Kukla's Korner Hockey
from Matthew Gutierrez of the Pittsburgh Post-Gazette,
One investment bank manager likens sports teams to a painting or sculpture. When the economy is strong, well-known pieces sell for a lot of money.
“Teams are like pieces of art,” said Fred Rock, managing director of Focus Investment Banking in Pittsburgh. “They’re special, there’s not a lot of them, and people want them.”
In the case of the Pittsburgh Penguins hockey team, what’s special is that the Pens made their Stanley Cup run while the team is up for sale. It’s so rare that even experts can’t recall the last time a team — in any of the Big Four sports — began exploring options for a sale, then went on to win the championship.
But what experts do know is a team’s market value increases after winning the sport’s top prize. The Penguins could be worth as much as $700 million, according to one industry observer.
from Pierre LeBrun of ESPN,
The GM spoke a bit with Fleury this week. "We met briefly, but not really in depth as to what the situation is,’’ said Rutherford.
The bottom line is this: I don't think there are enough starts in Pittsburgh to appease both goalies. Would Fleury like to figure out his future this summer, or is he willing to wait another year until the expansion draft? One would think he’d want this settled now. But I don’t know that. Fleury has a full no-move clause and a partial no-trade clause, so his camp has a say in his future.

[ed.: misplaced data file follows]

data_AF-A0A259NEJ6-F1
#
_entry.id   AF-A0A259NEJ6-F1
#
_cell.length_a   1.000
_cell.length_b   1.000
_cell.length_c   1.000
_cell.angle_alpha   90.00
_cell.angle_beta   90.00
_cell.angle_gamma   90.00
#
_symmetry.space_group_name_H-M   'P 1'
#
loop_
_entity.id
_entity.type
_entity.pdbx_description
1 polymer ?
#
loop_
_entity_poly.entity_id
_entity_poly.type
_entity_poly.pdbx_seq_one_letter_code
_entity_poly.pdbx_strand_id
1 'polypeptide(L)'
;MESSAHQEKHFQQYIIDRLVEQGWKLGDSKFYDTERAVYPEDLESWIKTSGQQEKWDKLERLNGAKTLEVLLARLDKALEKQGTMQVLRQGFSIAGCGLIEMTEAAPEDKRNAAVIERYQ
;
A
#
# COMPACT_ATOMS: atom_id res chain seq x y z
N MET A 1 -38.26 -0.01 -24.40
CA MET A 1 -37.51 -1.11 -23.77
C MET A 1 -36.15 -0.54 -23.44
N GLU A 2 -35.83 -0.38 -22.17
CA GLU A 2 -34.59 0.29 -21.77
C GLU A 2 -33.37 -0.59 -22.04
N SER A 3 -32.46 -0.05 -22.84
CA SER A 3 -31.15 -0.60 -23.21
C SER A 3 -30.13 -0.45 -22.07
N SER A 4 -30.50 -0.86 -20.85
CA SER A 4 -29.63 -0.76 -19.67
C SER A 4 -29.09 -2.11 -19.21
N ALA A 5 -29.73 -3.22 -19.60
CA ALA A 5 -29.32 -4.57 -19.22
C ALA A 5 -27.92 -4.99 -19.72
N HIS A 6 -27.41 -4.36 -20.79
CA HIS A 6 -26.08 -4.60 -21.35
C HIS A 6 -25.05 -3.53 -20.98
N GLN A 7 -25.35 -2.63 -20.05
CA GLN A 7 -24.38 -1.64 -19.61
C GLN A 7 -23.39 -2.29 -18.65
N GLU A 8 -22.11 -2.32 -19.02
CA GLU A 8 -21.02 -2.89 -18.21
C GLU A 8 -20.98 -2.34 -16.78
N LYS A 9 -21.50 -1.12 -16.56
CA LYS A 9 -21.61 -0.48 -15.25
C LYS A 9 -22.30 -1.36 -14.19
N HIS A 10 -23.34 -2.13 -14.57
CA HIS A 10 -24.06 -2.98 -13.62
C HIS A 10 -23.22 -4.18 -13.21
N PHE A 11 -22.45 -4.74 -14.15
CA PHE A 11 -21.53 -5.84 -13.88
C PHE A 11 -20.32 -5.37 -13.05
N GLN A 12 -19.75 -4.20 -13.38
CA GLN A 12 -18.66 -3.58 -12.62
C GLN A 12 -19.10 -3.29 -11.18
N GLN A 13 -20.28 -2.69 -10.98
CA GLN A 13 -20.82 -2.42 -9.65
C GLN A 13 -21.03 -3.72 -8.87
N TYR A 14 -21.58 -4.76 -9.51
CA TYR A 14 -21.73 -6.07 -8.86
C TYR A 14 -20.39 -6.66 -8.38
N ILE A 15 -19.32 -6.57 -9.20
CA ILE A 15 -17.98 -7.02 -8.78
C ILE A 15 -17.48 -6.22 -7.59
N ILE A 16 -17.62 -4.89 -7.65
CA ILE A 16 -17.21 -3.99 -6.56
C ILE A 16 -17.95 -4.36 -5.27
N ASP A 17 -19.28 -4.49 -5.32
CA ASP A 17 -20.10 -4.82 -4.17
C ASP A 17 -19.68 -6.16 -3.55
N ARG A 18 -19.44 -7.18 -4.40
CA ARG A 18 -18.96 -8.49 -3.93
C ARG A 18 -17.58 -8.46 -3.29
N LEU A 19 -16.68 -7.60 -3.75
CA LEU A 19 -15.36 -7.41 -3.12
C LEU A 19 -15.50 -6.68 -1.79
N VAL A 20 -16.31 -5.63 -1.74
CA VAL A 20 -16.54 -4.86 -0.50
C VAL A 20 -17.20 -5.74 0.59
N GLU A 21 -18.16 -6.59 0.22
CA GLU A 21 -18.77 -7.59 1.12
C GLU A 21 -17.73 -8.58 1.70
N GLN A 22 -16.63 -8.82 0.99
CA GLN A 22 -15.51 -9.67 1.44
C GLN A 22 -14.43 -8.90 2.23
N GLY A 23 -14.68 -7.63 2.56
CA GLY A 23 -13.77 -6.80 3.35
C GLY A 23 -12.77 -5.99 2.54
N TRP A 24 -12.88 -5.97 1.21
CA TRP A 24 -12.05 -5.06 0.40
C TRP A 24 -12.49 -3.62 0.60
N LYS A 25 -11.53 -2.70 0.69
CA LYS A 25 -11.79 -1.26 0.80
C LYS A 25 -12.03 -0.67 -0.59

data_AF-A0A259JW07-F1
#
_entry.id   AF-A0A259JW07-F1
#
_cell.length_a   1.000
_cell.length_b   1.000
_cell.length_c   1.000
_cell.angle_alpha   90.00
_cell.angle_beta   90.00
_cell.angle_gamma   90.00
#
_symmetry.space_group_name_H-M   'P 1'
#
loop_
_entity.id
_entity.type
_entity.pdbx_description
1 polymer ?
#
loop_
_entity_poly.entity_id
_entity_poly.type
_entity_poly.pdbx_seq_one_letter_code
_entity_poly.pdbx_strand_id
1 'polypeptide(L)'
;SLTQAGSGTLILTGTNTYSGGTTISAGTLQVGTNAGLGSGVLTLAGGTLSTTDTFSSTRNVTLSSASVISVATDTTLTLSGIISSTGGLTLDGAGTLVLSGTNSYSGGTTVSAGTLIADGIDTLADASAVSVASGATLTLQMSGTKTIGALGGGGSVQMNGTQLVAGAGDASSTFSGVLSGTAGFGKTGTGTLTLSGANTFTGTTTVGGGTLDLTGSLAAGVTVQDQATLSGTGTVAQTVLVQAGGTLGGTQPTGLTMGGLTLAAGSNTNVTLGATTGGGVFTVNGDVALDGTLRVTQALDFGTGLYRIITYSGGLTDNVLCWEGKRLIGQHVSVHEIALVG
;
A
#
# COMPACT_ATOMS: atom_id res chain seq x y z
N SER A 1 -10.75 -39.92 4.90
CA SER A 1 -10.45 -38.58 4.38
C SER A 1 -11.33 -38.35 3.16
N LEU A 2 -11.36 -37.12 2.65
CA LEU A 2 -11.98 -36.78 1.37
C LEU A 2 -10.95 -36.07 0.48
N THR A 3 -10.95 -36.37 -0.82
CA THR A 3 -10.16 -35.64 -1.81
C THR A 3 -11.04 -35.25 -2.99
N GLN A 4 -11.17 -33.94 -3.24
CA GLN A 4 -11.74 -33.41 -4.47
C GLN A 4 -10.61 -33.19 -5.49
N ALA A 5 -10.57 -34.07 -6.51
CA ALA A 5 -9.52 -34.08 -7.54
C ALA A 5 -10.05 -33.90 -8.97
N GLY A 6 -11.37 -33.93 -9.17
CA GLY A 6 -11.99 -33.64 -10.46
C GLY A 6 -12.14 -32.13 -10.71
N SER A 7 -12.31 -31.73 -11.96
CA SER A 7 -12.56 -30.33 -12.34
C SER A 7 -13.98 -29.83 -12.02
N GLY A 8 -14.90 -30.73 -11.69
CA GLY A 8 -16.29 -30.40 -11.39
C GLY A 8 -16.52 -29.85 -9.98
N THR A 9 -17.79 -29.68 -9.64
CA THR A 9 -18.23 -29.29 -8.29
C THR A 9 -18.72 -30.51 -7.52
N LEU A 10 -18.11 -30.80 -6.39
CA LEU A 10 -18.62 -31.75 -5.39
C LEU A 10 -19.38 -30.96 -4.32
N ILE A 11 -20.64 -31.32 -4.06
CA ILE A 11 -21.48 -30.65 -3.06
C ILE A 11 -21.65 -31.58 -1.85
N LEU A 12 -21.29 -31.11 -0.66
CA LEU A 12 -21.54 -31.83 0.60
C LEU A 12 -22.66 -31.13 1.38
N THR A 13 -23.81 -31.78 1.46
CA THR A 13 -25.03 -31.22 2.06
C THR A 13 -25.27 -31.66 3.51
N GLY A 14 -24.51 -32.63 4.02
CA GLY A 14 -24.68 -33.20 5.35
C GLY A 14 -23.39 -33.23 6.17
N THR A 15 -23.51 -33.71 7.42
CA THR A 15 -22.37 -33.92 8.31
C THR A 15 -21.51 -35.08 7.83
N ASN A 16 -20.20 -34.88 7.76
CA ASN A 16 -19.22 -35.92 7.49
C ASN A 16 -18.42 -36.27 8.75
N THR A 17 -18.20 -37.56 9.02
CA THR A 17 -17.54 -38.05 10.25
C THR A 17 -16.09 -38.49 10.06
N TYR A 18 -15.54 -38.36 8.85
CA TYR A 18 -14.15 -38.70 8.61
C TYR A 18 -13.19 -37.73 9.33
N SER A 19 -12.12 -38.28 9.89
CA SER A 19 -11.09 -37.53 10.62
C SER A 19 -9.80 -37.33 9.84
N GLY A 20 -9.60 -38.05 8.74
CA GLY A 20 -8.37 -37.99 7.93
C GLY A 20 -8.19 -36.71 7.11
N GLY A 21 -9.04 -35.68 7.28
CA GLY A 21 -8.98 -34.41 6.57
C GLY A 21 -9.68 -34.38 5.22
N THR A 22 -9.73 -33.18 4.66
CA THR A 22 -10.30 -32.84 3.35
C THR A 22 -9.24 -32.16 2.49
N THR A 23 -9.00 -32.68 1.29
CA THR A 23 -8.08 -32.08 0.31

Teams looking for a starting goalie -- hello Calgary Flames! -- should consider Fleury. While the Anaheim Ducks' Frederik Andersen is appealing because he’s only 26 and still growing into a No. 1, he’s not accomplished like Fleury, who has two Cups under his belt and is coming off a regular season during which he was once again a top-five goalie in the league.
more on Fleury plus some talk on a few big name UFAs...
STAMFORD, Conn. – June 13, 2016 – The six-game 2016 Stanley Cup Final featuring the Pittsburgh Penguins and San Jose Sharks averaged nearly 4 million viewers (3.948 million), making it the most-watched non-Original Six series in 15 years, according to Fast National Ratings by The Nielsen Company.